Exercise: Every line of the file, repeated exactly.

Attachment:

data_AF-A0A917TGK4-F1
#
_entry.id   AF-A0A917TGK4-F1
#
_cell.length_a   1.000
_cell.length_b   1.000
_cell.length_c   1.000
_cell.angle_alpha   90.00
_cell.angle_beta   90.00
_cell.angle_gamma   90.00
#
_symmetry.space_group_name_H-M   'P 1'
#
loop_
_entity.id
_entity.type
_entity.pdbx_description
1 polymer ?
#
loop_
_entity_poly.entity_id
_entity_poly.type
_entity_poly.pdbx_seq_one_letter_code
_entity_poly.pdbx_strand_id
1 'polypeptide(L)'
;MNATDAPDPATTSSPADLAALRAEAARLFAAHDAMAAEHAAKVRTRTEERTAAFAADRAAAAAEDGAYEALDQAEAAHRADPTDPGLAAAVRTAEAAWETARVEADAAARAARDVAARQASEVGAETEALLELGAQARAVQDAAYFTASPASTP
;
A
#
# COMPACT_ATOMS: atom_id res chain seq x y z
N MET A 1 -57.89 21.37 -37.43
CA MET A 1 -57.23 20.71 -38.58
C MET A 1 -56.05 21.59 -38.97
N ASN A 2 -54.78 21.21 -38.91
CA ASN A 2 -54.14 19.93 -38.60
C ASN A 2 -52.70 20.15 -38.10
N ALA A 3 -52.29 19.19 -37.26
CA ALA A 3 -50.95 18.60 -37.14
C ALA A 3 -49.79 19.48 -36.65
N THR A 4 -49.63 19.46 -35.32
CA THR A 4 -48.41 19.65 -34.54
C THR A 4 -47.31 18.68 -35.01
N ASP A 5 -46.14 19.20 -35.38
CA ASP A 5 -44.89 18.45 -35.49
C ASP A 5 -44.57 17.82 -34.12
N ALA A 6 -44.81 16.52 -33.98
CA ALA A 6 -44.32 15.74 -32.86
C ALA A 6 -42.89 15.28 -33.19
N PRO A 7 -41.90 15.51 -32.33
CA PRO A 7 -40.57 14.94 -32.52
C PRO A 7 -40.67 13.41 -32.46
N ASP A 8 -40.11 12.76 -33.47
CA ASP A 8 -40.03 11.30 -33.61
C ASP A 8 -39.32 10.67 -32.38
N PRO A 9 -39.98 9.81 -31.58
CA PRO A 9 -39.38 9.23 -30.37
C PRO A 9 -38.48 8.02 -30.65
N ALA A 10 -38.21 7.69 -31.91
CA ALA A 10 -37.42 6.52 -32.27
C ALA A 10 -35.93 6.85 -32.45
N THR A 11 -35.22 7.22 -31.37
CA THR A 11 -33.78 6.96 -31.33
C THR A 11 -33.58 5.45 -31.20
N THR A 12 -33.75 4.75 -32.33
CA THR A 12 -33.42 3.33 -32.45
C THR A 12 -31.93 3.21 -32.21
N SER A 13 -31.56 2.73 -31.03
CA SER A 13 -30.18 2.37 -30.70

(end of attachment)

data_AF-A0A917TGK4-F1
#
_entry.id   AF-A0A917TGK4-F1
#
_cell.length_a   1.000
_cell.length_b   1.000
_cell.length_c   1.000
_cell.angle_alpha   90.00
_cell.angle_beta   90.00
_cell.angle_gamma   90.00
#
_symmetry.space_group_name_H-M   'P 1'
#
loop_
_entity.id
_entity.type
_entity.pdbx_description
1 polymer ?
#
loop_
_entity_poly.entity_id
_entity_poly.type
_entity_poly.pdbx_seq_one_letter_code
_entity_poly.pdbx_strand_id
1 'polypeptide(L)'
;MNATDAPDPATTSSPADLAALRAEAARLFAAHDAMAAEHAAKVRTRTEERTAAFAADRAAAAAEDGAYEALDQAEAAHRADPTDPGLAAAVRTAEAAWETARVEADAAARAARDVAARQASEVGAETEALLELGAQARAVQDAAYFTASPASTP
;
A
#
# COMPACT_ATOMS: atom_id res chain seq x y z
N MET A 1 -57.89 21.37 -37.43
CA MET A 1 -57.23 20.71 -38.58
C MET A 1 -56.05 21.59 -38.97
N ASN A 2 -54.78 21.21 -38.91
CA ASN A 2 -54.14 19.93 -38.60
C ASN A 2 -52.70 20.15 -38.10
N ALA A 3 -52.29 19.19 -37.26
CA ALA A 3 -50.95 18.60 -37.14
C ALA A 3 -49.79 19.48 -36.65
N THR A 4 -49.63 19.46 -35.32
CA THR A 4 -48.41 19.65 -34.54
C THR A 4 -47.31 18.68 -35.01
N ASP A 5 -46.14 19.20 -35.38
CA ASP A 5 -44.89 18.45 -35.49
C ASP A 5 -44.57 17.82 -34.12
N ALA A 6 -44.81 16.52 -33.98
CA ALA A 6 -44.32 15.74 -32.86
C ALA A 6 -42.89 15.28 -33.19
N PRO A 7 -41.90 15.51 -32.33
CA PRO A 7 -40.57 14.94 -32.52
C PRO A 7 -40.67 13.41 -32.46
N ASP A 8 -40.11 12.76 -33.47
CA ASP A 8 -40.03 11.30 -33.61
C ASP A 8 -39.32 10.67 -32.38
N PRO A 9 -39.98 9.81 -31.58
CA PRO A 9 -39.38 9.23 -30.37
C PRO A 9 -38.48 8.02 -30.65
N ALA A 10 -38.21 7.69 -31.91
CA ALA A 10 -37.42 6.52 -32.27
C ALA A 10 -35.93 6.85 -32.45
N THR A 11 -35.22 7.22 -31.37
CA THR A 11 -33.78 6.96 -31.33
C THR A 11 -33.58 5.45 -31.20
N THR A 12 -33.75 4.75 -32.33
CA THR A 12 -33.42 3.33 -32.45
C THR A 12 -31.93 3.21 -32.21
N SER A 13 -31.56 2.73 -31.03
CA SER A 13 -30.18 2.37 -30.70